Neilson’s walnut a survivor in expanding city
Published 2:00 pm Wednesday, June 21, 2023
By Harold Brummett
Denmark Star Route
There is a black walnut tree behind Nelson’s department store. Every year I go there to gather some of the walnuts. The nuts fall in the dumpster, on the ground and into the street.
A person needs gloves to gather them because the hulls will stain your hands, clothes or anything else it touches.
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Removing the hull is a chore so the ones run over by a car are a particularly good find. No need to worry about the walnut itself, it is extremely hard and best opened with a hammer or a vice. The walnut shell is hard enough that it is used as an abrasive for sandblasting.
Once home they are set outside and age. I like black walnut trees so many of them go into a plastic tub and are covered with mulch. In a year or so, they will emerge, and a year after that a home is found for them on the farm.
One walnut tree I am particularly proud of came from the bird sanctuary north of Holly Springs. The sanctuary is set in an old plantation and this walnut tree is large, old, gnarled, and one can only guess its age.
I gathered two or three of the walnuts from this tree and one sprouted. Planted with care, it is growing slowly (as they do) and no doubt will shade some future generation and the nut fall will bind up some future lawnmower.
I worry about the walnut tree behind Neilsons.
No doubt someday it will grow to be “in the way” or deemed dangerous in some manner. Of the slow growing hardwoods walnut and hickory nut are among the slowest growing, close-grained woods.
One can only wonder how the walnut got started in town and how it escaped the blade. There are many fast growing ornamental trees around. The old neighborhoods have large old trees now.
The new hospital planted lots of oak and other hardwoods, but nothing like walnuts, hickory or even pecan. (Than is pecan, not pee-can. A pee-can is something your father gave you to use in the back of the car on long trips.)
My wife Angie told me recently about another forest mowed down for ‘progress’ as Oxford continues its never ending march outward. She said she stopped her car and watched and listened to a hawk circling above the ruins of the woods calling out repeatedly to the woodpiles and dirt for a home or perhaps young ones that could not answer.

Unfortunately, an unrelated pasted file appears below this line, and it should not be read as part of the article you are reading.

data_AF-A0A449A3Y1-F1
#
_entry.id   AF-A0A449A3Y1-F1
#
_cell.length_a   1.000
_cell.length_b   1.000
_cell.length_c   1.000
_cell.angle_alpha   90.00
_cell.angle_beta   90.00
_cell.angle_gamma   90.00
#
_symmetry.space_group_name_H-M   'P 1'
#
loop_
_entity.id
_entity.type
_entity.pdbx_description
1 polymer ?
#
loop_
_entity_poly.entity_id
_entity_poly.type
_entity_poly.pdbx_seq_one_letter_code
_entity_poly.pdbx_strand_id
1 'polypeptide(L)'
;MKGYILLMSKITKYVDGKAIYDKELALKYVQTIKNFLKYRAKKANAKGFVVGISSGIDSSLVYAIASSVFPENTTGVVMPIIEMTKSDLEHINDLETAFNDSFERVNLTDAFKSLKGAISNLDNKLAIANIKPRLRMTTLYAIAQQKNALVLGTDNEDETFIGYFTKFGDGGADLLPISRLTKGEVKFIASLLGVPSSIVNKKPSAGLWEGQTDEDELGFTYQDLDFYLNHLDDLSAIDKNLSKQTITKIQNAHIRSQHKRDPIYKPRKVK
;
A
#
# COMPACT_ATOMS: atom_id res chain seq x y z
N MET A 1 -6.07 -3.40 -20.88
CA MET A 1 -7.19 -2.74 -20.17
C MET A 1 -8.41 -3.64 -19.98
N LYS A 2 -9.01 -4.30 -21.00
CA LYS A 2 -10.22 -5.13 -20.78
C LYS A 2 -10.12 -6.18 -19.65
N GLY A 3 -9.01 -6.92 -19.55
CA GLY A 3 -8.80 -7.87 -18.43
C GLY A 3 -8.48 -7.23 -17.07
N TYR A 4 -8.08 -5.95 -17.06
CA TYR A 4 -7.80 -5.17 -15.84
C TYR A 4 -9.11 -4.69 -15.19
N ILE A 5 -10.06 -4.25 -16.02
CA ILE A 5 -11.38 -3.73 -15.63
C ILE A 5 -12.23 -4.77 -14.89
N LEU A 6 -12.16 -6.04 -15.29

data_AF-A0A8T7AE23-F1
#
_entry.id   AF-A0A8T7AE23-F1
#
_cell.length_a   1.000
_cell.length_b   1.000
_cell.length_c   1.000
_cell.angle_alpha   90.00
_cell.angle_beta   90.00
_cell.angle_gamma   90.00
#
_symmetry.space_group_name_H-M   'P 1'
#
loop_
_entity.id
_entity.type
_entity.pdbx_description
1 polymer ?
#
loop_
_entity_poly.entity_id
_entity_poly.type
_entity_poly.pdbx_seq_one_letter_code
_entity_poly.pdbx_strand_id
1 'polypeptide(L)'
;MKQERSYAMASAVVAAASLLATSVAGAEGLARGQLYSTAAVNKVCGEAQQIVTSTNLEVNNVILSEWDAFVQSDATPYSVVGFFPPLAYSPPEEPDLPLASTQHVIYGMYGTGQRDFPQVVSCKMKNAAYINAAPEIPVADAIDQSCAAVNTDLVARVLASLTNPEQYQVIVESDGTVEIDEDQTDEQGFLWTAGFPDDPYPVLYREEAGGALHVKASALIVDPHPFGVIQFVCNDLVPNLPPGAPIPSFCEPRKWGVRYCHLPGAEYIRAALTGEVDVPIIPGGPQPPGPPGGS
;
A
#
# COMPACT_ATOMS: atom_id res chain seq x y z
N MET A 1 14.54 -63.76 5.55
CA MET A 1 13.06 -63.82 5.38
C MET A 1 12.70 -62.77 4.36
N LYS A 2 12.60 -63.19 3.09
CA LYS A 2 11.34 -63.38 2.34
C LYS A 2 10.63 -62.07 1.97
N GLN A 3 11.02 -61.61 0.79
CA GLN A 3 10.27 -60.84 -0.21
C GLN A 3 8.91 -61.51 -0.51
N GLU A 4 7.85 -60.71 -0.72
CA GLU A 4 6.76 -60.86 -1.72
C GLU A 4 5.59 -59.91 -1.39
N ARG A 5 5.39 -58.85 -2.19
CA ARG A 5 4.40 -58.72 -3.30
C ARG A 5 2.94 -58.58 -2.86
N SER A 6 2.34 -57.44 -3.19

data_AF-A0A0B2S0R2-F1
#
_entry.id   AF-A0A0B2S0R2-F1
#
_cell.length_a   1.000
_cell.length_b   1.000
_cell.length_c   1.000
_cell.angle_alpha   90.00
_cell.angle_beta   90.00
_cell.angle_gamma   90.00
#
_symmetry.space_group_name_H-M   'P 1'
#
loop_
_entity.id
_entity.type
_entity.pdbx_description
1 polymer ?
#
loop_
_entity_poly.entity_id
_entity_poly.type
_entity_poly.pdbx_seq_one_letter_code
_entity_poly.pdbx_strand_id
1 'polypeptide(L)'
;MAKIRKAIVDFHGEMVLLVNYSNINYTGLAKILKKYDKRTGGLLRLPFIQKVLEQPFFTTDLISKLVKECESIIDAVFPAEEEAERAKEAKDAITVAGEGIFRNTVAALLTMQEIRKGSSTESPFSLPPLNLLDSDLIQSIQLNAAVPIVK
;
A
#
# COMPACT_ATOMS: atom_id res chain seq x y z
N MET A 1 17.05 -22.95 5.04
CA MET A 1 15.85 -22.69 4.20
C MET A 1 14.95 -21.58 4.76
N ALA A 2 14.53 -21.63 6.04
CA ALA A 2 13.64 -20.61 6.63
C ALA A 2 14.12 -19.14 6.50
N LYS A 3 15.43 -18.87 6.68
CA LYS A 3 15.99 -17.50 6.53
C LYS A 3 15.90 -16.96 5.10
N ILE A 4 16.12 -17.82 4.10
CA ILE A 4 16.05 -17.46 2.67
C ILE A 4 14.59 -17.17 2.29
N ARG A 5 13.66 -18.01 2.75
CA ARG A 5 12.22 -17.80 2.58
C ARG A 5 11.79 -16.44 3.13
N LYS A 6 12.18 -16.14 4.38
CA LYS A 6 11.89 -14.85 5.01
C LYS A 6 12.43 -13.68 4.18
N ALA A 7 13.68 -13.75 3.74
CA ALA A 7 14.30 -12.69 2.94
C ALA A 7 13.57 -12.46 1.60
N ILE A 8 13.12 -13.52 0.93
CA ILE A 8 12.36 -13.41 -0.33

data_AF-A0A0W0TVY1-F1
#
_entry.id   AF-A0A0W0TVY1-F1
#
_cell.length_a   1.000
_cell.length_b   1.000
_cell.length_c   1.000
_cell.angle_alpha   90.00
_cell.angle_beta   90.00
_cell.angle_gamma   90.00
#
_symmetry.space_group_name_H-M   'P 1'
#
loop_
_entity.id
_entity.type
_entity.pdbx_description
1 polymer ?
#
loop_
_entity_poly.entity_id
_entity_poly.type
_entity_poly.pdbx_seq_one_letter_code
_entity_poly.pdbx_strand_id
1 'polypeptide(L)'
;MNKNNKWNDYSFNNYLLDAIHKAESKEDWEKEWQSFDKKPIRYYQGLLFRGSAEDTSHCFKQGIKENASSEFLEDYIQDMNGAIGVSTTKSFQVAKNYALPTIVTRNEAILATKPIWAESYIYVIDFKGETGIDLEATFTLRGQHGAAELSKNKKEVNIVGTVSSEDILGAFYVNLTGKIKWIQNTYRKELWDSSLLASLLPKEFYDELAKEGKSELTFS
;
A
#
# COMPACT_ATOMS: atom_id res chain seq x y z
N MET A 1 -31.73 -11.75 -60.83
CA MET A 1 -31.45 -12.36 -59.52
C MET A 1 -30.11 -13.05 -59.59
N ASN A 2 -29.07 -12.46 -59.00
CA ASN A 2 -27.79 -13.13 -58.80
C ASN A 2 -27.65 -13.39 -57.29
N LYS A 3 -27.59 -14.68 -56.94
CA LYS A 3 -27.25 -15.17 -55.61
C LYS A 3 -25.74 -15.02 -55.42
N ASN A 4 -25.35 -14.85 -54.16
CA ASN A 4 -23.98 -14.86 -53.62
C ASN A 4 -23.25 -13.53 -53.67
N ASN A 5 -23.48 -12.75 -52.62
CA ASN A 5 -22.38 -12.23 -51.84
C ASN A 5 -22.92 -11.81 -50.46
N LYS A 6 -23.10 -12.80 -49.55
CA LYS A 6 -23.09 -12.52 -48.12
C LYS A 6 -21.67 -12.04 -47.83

Progress cannot be slowed I am told, the green of trees cannot stand up to the green of money.
Angie and I have talked about perhaps some of these large projects could leave a little of the woods alone. Perhaps an untouched oasis in the middle of a sea of identical houses. Somewhere where a hawk might rest, or nest undisturbed. Somewhere where the wild could be at home too.
As of 2021 Oxford has been designated for 25 years as a Tree City by the national Arbor Day Foundation. Lafayette County once had the designation as the Reforestation Capital of the World.
A Proclamation in 1959 Oxford Mayor Pete McElreath, stated, “I hereby proclaim Oxford, the Reforestation Capital of the World.” In 1958 alone, Lafayette county landowners planted 6,480,000 pine seedlings. Pine doesn’t feed the wild like hardwoods though.
The walnut tree hiding behind Neilson’s is a lone sentinel sending its progeny out to find their way among the concrete to some place they can grow.
Besides the courthouse oaks, the walnut is the only real tree in the city center. It will be there only until found and thought of as out of place in town. A wild thing out of place, no doubt destined to be removed for nonconforming.
Until then the squirrels and I will continue to gather, eat and bury the fare it provides.
Write to Harold Brummett at firstname.lastname@example.org